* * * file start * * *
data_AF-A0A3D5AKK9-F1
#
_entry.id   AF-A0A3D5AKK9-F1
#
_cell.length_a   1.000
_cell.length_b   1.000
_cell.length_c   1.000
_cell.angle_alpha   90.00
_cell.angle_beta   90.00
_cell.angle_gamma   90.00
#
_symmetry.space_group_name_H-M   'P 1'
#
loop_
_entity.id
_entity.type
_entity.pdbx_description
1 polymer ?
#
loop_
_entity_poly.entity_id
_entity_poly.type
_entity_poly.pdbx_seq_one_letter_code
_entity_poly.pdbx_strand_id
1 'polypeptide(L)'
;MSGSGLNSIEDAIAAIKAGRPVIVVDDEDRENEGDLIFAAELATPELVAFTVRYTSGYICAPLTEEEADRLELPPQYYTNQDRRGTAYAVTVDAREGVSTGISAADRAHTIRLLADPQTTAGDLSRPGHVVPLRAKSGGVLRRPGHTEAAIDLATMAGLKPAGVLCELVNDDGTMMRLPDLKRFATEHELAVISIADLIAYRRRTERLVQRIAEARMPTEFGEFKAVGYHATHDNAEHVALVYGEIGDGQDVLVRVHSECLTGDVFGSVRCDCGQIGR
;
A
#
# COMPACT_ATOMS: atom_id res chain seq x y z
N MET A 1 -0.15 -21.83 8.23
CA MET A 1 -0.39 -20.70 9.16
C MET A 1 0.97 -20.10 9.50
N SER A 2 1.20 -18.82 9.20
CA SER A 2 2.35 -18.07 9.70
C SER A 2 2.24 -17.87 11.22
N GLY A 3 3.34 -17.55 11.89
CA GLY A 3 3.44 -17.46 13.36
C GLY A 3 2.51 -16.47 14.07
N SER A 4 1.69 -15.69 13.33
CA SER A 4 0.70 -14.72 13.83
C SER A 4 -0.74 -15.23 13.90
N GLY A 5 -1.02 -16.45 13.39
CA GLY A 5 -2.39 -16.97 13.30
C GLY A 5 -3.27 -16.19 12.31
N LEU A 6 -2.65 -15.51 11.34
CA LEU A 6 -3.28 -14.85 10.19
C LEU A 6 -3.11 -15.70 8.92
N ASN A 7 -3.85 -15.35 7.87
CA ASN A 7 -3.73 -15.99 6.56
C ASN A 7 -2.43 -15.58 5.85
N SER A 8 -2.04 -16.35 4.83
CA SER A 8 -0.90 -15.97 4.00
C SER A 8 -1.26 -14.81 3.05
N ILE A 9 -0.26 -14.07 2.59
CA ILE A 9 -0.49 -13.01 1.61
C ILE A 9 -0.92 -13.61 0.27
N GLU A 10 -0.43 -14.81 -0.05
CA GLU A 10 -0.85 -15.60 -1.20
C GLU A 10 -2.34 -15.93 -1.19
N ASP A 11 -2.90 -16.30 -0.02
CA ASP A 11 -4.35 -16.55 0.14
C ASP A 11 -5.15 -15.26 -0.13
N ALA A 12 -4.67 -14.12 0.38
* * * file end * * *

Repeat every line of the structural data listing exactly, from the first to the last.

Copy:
data_AF-A0A3D5AKK9-F1
#
_entry.id   AF-A0A3D5AKK9-F1
#
_cell.length_a   1.000
_cell.length_b   1.000
_cell.length_c   1.000
_cell.angle_alpha   90.00
_cell.angle_beta   90.00
_cell.angle_gamma   90.00
#
_symmetry.space_group_name_H-M   'P 1'
#
loop_
_entity.id
_entity.type
_entity.pdbx_description
1 polymer ?
#
loop_
_entity_poly.entity_id
_entity_poly.type
_entity_poly.pdbx_seq_one_letter_code
_entity_poly.pdbx_strand_id
1 'polypeptide(L)'
;MSGSGLNSIEDAIAAIKAGRPVIVVDDEDRENEGDLIFAAELATPELVAFTVRYTSGYICAPLTEEEADRLELPPQYYTNQDRRGTAYAVTVDAREGVSTGISAADRAHTIRLLADPQTTAGDLSRPGHVVPLRAKSGGVLRRPGHTEAAIDLATMAGLKPAGVLCELVNDDGTMMRLPDLKRFATEHELAVISIADLIAYRRRTERLVQRIAEARMPTEFGEFKAVGYHATHDNAEHVALVYGEIGDGQDVLVRVHSECLTGDVFGSVRCDCGQIGR
;
A
#
# COMPACT_ATOMS: atom_id res chain seq x y z
N MET A 1 -0.15 -21.83 8.23
CA MET A 1 -0.39 -20.70 9.16
C MET A 1 0.97 -20.10 9.50
N SER A 2 1.20 -18.82 9.20
CA SER A 2 2.35 -18.07 9.70
C SER A 2 2.24 -17.87 11.22
N GLY A 3 3.34 -17.55 11.89
CA GLY A 3 3.44 -17.46 13.36
C GLY A 3 2.51 -16.47 14.07
N SER A 4 1.69 -15.69 13.33
CA SER A 4 0.70 -14.72 13.83
C SER A 4 -0.74 -15.23 13.90
N GLY A 5 -1.02 -16.45 13.39
CA GLY A 5 -2.39 -16.97 13.30
C GLY A 5 -3.27 -16.19 12.31
N LEU A 6 -2.65 -15.51 11.34
CA LEU A 6 -3.28 -14.85 10.19
C LEU A 6 -3.11 -15.70 8.92
N ASN A 7 -3.85 -15.35 7.87
CA ASN A 7 -3.73 -15.99 6.56
C ASN A 7 -2.43 -15.58 5.85
N SER A 8 -2.04 -16.35 4.83
CA SER A 8 -0.90 -15.97 4.00
C SER A 8 -1.26 -14.81 3.05
N ILE A 9 -0.26 -14.07 2.59
CA ILE A 9 -0.49 -13.01 1.61
C ILE A 9 -0.92 -13.61 0.27
N GLU A 10 -0.43 -14.81 -0.05
CA GLU A 10 -0.85 -15.60 -1.20
C GLU A 10 -2.34 -15.93 -1.19
N ASP A 11 -2.90 -16.30 -0.02
CA ASP A 11 -4.35 -16.55 0.14
C ASP A 11 -5.15 -15.26 -0.13
N ALA A 12 -4.67 -14.12 0.38